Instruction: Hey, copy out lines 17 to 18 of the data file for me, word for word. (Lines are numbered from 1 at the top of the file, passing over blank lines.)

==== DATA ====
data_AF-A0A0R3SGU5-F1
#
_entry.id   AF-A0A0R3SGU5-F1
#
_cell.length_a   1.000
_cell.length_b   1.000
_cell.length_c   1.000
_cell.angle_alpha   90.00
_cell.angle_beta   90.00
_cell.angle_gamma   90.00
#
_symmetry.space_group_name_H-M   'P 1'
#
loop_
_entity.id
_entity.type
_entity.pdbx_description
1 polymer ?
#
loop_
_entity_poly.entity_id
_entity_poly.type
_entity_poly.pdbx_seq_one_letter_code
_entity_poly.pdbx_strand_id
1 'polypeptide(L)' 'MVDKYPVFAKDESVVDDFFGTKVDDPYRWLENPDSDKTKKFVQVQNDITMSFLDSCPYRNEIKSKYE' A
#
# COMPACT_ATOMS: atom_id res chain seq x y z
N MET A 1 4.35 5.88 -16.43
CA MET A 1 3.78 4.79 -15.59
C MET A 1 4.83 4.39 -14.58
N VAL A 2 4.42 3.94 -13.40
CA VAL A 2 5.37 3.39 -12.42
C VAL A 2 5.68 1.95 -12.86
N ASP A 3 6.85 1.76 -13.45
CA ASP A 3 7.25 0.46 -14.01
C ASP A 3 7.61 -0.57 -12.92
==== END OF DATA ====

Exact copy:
_entity.pdbx_description
1 polymer ?